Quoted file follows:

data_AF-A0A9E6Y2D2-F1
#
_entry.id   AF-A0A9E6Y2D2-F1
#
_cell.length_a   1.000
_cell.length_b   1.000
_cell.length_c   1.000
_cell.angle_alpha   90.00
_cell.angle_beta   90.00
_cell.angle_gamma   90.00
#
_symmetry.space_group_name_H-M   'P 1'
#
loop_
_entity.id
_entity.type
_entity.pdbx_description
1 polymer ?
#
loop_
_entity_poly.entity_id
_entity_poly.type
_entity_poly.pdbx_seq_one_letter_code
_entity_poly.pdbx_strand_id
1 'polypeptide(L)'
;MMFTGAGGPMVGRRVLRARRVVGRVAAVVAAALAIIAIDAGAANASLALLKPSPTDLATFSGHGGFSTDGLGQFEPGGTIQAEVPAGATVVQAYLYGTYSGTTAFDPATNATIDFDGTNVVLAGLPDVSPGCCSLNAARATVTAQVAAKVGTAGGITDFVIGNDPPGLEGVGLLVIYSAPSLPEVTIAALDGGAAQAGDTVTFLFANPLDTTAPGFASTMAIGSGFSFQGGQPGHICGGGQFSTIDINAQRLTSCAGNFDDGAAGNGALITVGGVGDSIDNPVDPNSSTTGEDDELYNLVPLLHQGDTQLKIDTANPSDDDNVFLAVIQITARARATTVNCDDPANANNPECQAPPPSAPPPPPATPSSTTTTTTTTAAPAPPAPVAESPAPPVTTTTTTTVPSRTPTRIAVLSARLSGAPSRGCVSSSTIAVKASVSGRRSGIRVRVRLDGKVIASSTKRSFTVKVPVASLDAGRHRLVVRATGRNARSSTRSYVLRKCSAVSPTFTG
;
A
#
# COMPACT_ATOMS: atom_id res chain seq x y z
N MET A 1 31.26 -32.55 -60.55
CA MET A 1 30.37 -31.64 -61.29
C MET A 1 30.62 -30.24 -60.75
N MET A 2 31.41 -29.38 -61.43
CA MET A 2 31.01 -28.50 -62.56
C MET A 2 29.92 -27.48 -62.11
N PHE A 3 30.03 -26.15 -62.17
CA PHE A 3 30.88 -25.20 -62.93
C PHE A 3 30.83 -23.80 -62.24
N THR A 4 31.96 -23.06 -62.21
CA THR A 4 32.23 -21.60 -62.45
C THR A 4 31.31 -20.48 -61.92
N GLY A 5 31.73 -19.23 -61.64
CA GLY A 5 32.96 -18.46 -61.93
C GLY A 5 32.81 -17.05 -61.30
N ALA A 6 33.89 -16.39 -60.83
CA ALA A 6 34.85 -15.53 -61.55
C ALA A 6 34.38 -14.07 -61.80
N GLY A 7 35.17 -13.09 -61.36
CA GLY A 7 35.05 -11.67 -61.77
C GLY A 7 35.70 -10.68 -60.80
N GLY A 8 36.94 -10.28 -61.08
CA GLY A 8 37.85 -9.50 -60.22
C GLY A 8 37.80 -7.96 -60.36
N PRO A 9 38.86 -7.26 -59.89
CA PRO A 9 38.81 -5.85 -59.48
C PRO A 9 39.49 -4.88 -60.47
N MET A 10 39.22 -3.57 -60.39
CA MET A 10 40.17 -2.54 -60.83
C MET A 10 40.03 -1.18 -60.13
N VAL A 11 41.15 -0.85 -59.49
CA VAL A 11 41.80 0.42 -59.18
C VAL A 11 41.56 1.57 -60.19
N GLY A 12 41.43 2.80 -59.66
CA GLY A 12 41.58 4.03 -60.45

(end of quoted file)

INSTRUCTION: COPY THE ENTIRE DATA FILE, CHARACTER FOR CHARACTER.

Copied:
data_AF-A0A9E6Y2D2-F1
#
_entry.id   AF-A0A9E6Y2D2-F1
#
_cell.length_a   1.000
_cell.length_b   1.000
_cell.length_c   1.000
_cell.angle_alpha   90.00
_cell.angle_beta   90.00
_cell.angle_gamma   90.00
#
_symmetry.space_group_name_H-M   'P 1'
#
loop_
_entity.id
_entity.type
_entity.pdbx_description
1 polymer ?
#
loop_
_entity_poly.entity_id
_entity_poly.type
_entity_poly.pdbx_seq_one_letter_code
_entity_poly.pdbx_strand_id
1 'polypeptide(L)'
;MMFTGAGGPMVGRRVLRARRVVGRVAAVVAAALAIIAIDAGAANASLALLKPSPTDLATFSGHGGFSTDGLGQFEPGGTIQAEVPAGATVVQAYLYGTYSGTTAFDPATNATIDFDGTNVVLAGLPDVSPGCCSLNAARATVTAQVAAKVGTAGGITDFVIGNDPPGLEGVGLLVIYSAPSLPEVTIAALDGGAAQAGDTVTFLFANPLDTTAPGFASTMAIGSGFSFQGGQPGHICGGGQFSTIDINAQRLTSCAGNFDDGAAGNGALITVGGVGDSIDNPVDPNSSTTGEDDELYNLVPLLHQGDTQLKIDTANPSDDDNVFLAVIQITARARATTVNCDDPANANNPECQAPPPSAPPPPPATPSSTTTTTTTTAAPAPPAPVAESPAPPVTTTTTTTVPSRTPTRIAVLSARLSGAPSRGCVSSSTIAVKASVSGRRSGIRVRVRLDGKVIASSTKRSFTVKVPVASLDAGRHRLVVRATGRNARSSTRSYVLRKCSAVSPTFTG
;
A
#
# COMPACT_ATOMS: atom_id res chain seq x y z
N MET A 1 31.26 -32.55 -60.55
CA MET A 1 30.37 -31.64 -61.29
C MET A 1 30.62 -30.24 -60.75
N MET A 2 31.41 -29.38 -61.43
CA MET A 2 31.01 -28.50 -62.56
C MET A 2 29.92 -27.48 -62.11
N PHE A 3 30.03 -26.15 -62.17
CA PHE A 3 30.88 -25.20 -62.93
C PHE A 3 30.83 -23.80 -62.24
N THR A 4 31.96 -23.06 -62.21
CA THR A 4 32.23 -21.60 -62.45
C THR A 4 31.31 -20.48 -61.92
N GLY A 5 31.73 -19.23 -61.64
CA GLY A 5 32.96 -18.46 -61.93
C GLY A 5 32.81 -17.05 -61.30
N ALA A 6 33.89 -16.39 -60.83
CA ALA A 6 34.85 -15.53 -61.55
C ALA A 6 34.38 -14.07 -61.80
N GLY A 7 35.17 -13.09 -61.36
CA GLY A 7 35.05 -11.67 -61.77
C GLY A 7 35.70 -10.68 -60.80
N GLY A 8 36.94 -10.28 -61.08
CA GLY A 8 37.85 -9.50 -60.22
C GLY A 8 37.80 -7.96 -60.36
N PRO A 9 38.86 -7.26 -59.89
CA PRO A 9 38.81 -5.85 -59.48
C PRO A 9 39.49 -4.88 -60.47
N MET A 10 39.22 -3.57 -60.39
CA MET A 10 40.17 -2.54 -60.83
C MET A 10 40.03 -1.18 -60.13
N VAL A 11 41.15 -0.85 -59.49
CA VAL A 11 41.80 0.42 -59.18
C VAL A 11 41.56 1.57 -60.19
N GLY A 12 41.43 2.80 -59.66
CA GLY A 12 41.58 4.03 -60.45